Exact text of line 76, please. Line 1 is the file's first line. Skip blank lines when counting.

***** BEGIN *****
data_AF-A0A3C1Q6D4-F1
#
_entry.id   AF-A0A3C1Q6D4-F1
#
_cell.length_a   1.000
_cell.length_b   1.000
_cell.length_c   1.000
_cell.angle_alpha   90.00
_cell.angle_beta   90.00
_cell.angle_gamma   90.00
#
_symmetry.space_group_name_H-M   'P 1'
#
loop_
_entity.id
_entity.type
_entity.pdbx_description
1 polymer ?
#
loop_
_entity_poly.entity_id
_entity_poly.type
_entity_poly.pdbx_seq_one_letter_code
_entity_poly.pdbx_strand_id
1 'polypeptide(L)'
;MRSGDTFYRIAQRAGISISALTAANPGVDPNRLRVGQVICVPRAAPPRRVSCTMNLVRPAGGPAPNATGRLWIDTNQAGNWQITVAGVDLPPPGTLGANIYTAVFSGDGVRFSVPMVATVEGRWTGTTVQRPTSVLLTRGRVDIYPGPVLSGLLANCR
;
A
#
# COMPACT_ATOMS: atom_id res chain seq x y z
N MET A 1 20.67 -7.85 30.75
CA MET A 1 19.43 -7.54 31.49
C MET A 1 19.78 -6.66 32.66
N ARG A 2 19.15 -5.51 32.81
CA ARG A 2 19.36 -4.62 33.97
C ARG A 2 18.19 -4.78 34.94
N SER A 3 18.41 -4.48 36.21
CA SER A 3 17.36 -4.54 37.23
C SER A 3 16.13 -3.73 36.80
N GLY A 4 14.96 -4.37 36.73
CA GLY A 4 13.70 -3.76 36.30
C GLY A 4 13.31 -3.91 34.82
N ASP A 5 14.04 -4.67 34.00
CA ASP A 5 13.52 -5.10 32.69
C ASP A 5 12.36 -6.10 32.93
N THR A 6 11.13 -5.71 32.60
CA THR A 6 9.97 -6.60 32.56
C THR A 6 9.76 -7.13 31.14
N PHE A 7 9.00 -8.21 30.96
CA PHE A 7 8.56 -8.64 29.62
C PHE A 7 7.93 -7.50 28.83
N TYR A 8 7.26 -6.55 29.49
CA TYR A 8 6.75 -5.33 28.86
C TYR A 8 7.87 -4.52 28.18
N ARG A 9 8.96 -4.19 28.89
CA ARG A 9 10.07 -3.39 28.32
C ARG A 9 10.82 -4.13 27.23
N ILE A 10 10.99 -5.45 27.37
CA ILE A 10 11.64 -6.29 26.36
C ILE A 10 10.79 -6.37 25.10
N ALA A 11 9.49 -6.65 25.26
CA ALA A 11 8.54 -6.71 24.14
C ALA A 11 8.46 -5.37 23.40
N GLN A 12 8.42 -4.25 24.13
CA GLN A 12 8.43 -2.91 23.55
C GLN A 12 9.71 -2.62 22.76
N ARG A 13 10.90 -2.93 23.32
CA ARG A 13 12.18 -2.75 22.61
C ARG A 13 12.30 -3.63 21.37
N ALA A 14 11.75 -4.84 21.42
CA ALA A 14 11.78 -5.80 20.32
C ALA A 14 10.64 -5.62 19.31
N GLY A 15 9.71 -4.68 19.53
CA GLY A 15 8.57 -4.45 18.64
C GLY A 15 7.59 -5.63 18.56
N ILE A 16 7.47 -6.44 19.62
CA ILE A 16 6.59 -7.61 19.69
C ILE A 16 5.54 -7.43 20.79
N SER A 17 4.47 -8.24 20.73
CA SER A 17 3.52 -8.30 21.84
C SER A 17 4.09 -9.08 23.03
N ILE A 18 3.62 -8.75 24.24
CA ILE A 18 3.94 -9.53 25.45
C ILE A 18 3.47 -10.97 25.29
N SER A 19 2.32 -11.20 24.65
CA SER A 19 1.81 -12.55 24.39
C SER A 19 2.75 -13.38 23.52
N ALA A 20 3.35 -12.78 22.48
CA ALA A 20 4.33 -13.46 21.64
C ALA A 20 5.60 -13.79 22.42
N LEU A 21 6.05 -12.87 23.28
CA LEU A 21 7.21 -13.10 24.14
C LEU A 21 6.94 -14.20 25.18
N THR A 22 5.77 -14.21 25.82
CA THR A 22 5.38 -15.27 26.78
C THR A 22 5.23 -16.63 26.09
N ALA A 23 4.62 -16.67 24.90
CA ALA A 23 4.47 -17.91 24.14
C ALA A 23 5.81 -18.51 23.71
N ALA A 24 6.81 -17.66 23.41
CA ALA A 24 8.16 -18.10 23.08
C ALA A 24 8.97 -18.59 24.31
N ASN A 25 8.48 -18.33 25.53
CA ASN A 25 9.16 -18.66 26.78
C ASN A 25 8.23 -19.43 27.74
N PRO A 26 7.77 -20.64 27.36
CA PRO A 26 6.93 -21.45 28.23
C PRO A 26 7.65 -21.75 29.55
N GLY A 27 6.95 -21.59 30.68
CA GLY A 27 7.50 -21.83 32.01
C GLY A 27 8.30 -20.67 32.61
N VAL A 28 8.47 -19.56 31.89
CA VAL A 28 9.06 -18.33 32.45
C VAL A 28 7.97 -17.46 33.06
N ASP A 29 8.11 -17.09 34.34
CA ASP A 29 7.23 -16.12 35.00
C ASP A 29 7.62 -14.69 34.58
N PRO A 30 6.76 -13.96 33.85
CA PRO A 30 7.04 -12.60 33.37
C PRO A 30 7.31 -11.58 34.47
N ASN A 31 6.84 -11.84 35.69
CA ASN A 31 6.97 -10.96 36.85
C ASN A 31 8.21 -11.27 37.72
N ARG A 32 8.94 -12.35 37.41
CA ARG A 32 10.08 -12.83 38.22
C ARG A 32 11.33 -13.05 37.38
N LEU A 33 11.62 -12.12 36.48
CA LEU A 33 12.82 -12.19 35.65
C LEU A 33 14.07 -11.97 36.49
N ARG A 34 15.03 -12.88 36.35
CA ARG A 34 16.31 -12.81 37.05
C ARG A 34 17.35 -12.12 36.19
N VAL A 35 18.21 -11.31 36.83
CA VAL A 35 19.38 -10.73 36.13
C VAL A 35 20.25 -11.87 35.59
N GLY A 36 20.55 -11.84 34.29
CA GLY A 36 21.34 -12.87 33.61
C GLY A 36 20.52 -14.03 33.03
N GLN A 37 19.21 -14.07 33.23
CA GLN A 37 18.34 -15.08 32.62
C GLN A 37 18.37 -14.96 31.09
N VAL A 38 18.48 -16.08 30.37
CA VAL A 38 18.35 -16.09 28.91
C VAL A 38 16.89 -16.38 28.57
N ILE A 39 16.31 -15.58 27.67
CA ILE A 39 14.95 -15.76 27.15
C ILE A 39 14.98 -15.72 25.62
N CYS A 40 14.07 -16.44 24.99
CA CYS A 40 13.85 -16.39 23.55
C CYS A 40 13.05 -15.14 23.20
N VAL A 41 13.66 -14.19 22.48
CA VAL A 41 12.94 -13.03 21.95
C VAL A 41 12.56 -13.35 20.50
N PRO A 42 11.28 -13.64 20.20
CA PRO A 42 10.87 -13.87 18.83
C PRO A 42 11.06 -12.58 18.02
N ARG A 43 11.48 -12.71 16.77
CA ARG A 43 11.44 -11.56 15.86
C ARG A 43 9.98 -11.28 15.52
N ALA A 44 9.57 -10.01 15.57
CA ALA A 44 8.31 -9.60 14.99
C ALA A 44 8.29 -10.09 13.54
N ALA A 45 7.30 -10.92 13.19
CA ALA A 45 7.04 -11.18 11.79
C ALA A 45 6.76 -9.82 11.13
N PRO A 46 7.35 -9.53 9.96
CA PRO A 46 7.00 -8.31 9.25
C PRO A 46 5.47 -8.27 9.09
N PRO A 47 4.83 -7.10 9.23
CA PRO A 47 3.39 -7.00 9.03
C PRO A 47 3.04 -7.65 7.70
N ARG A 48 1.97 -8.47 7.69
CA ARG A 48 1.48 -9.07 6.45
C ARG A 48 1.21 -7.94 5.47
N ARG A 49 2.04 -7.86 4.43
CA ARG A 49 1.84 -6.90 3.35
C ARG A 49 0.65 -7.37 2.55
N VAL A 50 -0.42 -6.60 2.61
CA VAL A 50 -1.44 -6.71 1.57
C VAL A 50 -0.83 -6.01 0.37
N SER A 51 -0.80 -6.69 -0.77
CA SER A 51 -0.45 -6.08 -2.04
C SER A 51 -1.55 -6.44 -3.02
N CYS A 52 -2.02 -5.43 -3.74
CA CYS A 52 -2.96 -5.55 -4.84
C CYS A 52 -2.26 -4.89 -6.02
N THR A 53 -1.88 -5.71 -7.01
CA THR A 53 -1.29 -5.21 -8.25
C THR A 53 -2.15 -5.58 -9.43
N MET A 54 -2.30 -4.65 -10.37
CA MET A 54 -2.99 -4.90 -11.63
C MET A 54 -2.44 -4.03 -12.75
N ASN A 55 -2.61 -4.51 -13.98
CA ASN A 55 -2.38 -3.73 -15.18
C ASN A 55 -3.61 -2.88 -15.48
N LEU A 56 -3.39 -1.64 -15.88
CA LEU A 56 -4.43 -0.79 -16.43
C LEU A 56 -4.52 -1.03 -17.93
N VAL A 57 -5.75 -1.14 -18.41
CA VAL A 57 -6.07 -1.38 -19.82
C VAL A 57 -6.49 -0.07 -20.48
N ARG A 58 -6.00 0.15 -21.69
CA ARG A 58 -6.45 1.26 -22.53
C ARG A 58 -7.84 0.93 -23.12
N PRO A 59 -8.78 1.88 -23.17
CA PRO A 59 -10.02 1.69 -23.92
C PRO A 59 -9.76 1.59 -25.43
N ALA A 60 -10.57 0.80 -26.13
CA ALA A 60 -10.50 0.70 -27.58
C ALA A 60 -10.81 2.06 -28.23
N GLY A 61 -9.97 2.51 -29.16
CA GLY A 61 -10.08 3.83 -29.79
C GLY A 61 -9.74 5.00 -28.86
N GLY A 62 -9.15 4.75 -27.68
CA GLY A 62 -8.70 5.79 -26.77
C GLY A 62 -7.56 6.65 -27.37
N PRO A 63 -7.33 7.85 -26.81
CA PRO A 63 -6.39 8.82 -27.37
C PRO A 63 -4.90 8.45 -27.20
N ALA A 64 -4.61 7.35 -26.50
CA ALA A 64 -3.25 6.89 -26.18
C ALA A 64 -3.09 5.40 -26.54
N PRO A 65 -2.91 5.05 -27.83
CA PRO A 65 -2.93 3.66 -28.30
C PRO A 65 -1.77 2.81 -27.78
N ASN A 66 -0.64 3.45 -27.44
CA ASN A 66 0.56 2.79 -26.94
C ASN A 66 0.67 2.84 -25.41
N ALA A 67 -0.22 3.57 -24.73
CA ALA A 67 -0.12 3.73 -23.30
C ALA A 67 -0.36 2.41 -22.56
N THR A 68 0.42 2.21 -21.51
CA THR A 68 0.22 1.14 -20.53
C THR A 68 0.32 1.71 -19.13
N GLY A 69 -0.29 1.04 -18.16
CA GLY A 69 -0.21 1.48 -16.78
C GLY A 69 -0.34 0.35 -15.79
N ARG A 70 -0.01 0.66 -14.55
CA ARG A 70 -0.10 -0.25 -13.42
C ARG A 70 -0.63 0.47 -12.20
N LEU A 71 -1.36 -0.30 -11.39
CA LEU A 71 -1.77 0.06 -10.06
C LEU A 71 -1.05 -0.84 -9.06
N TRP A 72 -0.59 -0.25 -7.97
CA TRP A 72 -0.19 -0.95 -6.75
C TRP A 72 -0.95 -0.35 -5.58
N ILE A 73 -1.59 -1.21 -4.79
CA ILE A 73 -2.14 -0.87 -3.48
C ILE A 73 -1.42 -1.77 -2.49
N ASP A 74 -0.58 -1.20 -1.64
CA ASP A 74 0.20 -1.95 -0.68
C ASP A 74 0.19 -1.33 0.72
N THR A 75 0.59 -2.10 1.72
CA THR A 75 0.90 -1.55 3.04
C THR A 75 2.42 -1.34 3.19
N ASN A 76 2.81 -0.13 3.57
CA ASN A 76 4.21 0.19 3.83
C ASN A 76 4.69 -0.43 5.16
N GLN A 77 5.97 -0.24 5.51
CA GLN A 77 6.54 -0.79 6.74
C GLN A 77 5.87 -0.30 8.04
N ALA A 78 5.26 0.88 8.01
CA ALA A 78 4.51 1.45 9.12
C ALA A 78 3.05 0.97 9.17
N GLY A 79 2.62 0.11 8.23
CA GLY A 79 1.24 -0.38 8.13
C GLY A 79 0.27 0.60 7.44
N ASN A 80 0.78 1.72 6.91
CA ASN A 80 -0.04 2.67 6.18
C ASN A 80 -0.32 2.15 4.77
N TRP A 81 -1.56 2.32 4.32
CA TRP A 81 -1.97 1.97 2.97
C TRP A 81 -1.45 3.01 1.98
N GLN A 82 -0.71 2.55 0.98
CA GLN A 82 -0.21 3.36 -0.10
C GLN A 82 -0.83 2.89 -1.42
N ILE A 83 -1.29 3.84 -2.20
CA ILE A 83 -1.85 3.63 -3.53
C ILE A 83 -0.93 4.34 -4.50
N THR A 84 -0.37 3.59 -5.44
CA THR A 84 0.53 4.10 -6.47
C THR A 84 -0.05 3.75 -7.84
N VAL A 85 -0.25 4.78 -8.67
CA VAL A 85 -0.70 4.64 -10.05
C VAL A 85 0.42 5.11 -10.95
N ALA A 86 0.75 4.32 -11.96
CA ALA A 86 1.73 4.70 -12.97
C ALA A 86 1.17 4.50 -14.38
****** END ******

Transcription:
N ILE A 16 7.47 -6.44 19.62